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Intense metabolic control by means of insulin in patients with diabetes mellitus and acute myocardial infarction (DIGAMI 2): effects on mortality and morbidity

K. Malmberg , L. Rydén , H. Wedel , K. Birkeland , A. Bootsma , K. Dickstein , S. Efendic , M. Fisher , A. Hamsten , J. Herlitz , P. Hildebrandt , K. MacLeod , M. Laakso , C. Torp-Pedersen , A. Waldenström
DOI: http://dx.doi.org/10.1093/eurheartj/ehi199 650-661 First published online: 23 February 2005


Aims Patients with diabetes have an unfavourable prognosis after an acute myocardial infarction. In the first DIGAMI study, an insulin-based glucose management improved survival. In DIGAMI 2, three treatment strategies were compared: group 1, acute insulin–glucose infusion followed by insulin-based long-term glucose control; group 2, insulin–glucose infusion followed by standard glucose control; and group 3, routine metabolic management according to local practice.

Methods and results DIGAMI 2 recruited 1253 patients (mean age 68 years; 67% males) with type 2 diabetes and suspected acute myocardial infarction randomly assigned to groups 1 (n=474), 2 (n=473), and 3 (n=306). The primary endpoint was all-cause mortality between groups 1 and 2, and a difference was hypothesized as the primary objective. The secondary objective was to compare total mortality between groups 2 and 3, whereas morbidity differences served as tertiary objectives. The median study duration was 2.1 (interquartile range 1.03–3.00) years. At randomization, HbA1c was 7.2, 7.3, and 7.3% in groups 1, 2, and 3, respectively, whereas blood glucose was 12.8, 12.5, and 12.9 mmol/L, respectively. Blood glucose was significantly reduced after 24 h in all groups, more in groups 1 and 2 (9.1 and 9.1 mmol/L) receiving insulin–glucose infusion than in group 3 (10.0 mmol/L). Long-term glucose-lowering treatment differed between groups with multidose insulin (≥3 doses/day) given to 15 and 13% of patients in groups 2 and 3, respectively compared with 42% in group 1 at hospital discharge. By the end of follow-up, HbA1c did not differ significantly among groups 1–3 (∼6.8%). The corresponding values for fasting blood glucose were 8.0, 8.3, and 8.6 mmol/L. Hence, the target fasting blood glucose for patients in group 1 of 5–7 mmol/L was never reached. The study mortality (groups 1–3 combined) was 18.4%. Mortality between groups 1 (23.4%) and 2 (22.6%; primary endpoint) did not differ significantly (HR 1.03; 95% CI 0.79–1.34; P=0.831), nor did mortality between groups 2 (22.6%) and 3 (19.3%; secondary endpoint) (HR 1.23; CI 0.89–1.69; P=0.203). There were no significant differences in morbidity expressed as non-fatal reinfarctions and strokes among the three groups.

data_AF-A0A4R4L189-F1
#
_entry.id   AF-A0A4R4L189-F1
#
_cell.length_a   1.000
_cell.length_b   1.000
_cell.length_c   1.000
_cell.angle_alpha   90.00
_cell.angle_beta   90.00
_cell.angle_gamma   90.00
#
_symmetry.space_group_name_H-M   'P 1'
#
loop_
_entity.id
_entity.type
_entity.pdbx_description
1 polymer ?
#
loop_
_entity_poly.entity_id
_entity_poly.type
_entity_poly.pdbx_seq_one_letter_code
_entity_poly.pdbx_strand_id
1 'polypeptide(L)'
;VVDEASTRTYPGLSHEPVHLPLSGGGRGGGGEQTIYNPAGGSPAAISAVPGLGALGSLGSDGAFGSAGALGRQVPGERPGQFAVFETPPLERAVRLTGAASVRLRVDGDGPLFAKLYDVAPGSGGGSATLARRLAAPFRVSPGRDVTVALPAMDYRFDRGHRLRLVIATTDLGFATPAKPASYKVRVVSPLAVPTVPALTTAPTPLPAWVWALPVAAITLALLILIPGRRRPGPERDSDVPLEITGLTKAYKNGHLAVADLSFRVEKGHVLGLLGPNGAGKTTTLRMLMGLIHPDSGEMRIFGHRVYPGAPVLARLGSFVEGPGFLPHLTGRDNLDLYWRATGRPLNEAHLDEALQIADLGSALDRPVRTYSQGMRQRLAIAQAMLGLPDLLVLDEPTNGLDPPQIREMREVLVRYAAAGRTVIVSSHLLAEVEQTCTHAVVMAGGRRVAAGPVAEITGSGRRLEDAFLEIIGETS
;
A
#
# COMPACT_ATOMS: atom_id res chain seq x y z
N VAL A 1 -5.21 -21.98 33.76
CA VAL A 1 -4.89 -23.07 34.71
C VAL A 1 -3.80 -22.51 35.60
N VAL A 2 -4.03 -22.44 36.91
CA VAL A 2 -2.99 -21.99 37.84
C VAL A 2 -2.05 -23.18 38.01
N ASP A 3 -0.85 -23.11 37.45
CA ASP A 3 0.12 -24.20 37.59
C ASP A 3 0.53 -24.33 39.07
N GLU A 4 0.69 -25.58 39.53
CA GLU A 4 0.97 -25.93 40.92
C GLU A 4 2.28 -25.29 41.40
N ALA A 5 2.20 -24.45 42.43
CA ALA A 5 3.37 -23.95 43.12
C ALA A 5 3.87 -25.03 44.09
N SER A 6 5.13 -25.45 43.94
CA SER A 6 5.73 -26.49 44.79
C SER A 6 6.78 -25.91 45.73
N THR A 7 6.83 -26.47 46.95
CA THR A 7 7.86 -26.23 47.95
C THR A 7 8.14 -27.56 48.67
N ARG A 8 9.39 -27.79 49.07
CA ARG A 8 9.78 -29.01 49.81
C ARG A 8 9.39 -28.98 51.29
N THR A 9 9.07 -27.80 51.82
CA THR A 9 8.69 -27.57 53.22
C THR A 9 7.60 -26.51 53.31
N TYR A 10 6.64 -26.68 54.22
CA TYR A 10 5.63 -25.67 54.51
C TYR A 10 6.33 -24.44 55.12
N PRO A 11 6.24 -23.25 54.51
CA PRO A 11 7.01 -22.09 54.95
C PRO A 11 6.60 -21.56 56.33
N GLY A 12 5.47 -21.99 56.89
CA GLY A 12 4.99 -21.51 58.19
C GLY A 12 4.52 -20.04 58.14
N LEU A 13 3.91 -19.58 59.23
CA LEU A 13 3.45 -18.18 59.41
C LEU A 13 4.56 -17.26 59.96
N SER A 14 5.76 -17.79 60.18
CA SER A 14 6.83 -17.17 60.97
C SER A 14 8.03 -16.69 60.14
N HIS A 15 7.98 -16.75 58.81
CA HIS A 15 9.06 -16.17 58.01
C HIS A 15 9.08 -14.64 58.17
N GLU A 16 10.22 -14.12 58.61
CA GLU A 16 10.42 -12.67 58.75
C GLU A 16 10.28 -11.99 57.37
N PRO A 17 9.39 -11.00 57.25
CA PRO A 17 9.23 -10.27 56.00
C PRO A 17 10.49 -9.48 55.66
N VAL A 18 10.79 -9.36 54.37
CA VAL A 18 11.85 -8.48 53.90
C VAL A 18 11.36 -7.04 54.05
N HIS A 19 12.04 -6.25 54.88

Conclusion DIGAMI 2 did not support the fact that an acutely introduced, long-term insulin treatment improves survival in type 2 diabetic patients following myocardial infarction when compared with a conventional management at similar levels of glucose control or that insulin-based treatment lowers the number of non-fatal myocardial reinfarctions and strokes. However, an epidemiological analysis confirms that the glucose level is a strong, independent predictor of long-term mortality in this patient category, underlining that glucose control seems to be an important part of their management.

  • Myocardial infarction
  • Diabetes mellitus
  • Mortality
  • Morbidity
  • Insulin
  • Metabolic control
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